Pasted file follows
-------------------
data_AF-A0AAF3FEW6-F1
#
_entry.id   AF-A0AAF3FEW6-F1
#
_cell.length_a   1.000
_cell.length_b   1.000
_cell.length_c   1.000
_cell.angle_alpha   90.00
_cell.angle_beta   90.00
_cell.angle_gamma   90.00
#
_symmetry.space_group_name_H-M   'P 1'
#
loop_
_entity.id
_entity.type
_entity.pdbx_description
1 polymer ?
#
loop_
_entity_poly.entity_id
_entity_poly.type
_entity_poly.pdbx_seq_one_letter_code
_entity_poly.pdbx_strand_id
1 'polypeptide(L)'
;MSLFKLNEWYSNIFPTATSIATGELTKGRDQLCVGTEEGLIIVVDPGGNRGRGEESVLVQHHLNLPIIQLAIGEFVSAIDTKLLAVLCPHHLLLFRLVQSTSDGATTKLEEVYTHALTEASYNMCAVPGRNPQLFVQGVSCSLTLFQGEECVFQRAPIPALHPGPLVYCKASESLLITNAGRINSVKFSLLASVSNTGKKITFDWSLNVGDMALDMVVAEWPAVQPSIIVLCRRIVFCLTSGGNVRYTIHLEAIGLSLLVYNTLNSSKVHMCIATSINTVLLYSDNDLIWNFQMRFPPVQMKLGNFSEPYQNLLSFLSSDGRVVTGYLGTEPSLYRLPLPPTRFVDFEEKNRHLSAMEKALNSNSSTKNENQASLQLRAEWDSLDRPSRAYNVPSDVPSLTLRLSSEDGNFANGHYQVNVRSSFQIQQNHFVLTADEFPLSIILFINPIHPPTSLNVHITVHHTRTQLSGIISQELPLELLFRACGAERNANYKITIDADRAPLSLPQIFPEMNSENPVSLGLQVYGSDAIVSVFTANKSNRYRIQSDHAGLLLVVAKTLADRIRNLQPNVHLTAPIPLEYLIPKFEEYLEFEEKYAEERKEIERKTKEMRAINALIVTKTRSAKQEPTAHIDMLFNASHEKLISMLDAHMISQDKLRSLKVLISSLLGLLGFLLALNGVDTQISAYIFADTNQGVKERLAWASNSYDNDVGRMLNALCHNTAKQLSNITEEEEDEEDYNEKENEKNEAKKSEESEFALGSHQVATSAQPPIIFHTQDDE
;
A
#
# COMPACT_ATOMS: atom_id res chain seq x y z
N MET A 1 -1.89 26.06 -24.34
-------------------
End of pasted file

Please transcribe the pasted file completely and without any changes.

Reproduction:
data_AF-A0AAF3FEW6-F1
#
_entry.id   AF-A0AAF3FEW6-F1
#
_cell.length_a   1.000
_cell.length_b   1.000
_cell.length_c   1.000
_cell.angle_alpha   90.00
_cell.angle_beta   90.00
_cell.angle_gamma   90.00
#
_symmetry.space_group_name_H-M   'P 1'
#
loop_
_entity.id
_entity.type
_entity.pdbx_description
1 polymer ?
#
loop_
_entity_poly.entity_id
_entity_poly.type
_entity_poly.pdbx_seq_one_letter_code
_entity_poly.pdbx_strand_id
1 'polypeptide(L)'
;MSLFKLNEWYSNIFPTATSIATGELTKGRDQLCVGTEEGLIIVVDPGGNRGRGEESVLVQHHLNLPIIQLAIGEFVSAIDTKLLAVLCPHHLLLFRLVQSTSDGATTKLEEVYTHALTEASYNMCAVPGRNPQLFVQGVSCSLTLFQGEECVFQRAPIPALHPGPLVYCKASESLLITNAGRINSVKFSLLASVSNTGKKITFDWSLNVGDMALDMVVAEWPAVQPSIIVLCRRIVFCLTSGGNVRYTIHLEAIGLSLLVYNTLNSSKVHMCIATSINTVLLYSDNDLIWNFQMRFPPVQMKLGNFSEPYQNLLSFLSSDGRVVTGYLGTEPSLYRLPLPPTRFVDFEEKNRHLSAMEKALNSNSSTKNENQASLQLRAEWDSLDRPSRAYNVPSDVPSLTLRLSSEDGNFANGHYQVNVRSSFQIQQNHFVLTADEFPLSIILFINPIHPPTSLNVHITVHHTRTQLSGIISQELPLELLFRACGAERNANYKITIDADRAPLSLPQIFPEMNSENPVSLGLQVYGSDAIVSVFTANKSNRYRIQSDHAGLLLVVAKTLADRIRNLQPNVHLTAPIPLEYLIPKFEEYLEFEEKYAEERKEIERKTKEMRAINALIVTKTRSAKQEPTAHIDMLFNASHEKLISMLDAHMISQDKLRSLKVLISSLLGLLGFLLALNGVDTQISAYIFADTNQGVKERLAWASNSYDNDVGRMLNALCHNTAKQLSNITEEEEDEEDYNEKENEKNEAKKSEESEFALGSHQVATSAQPPIIFHTQDDE
;
A
#
# COMPACT_ATOMS: atom_id res chain seq x y z
N MET A 1 -1.89 26.06 -24.34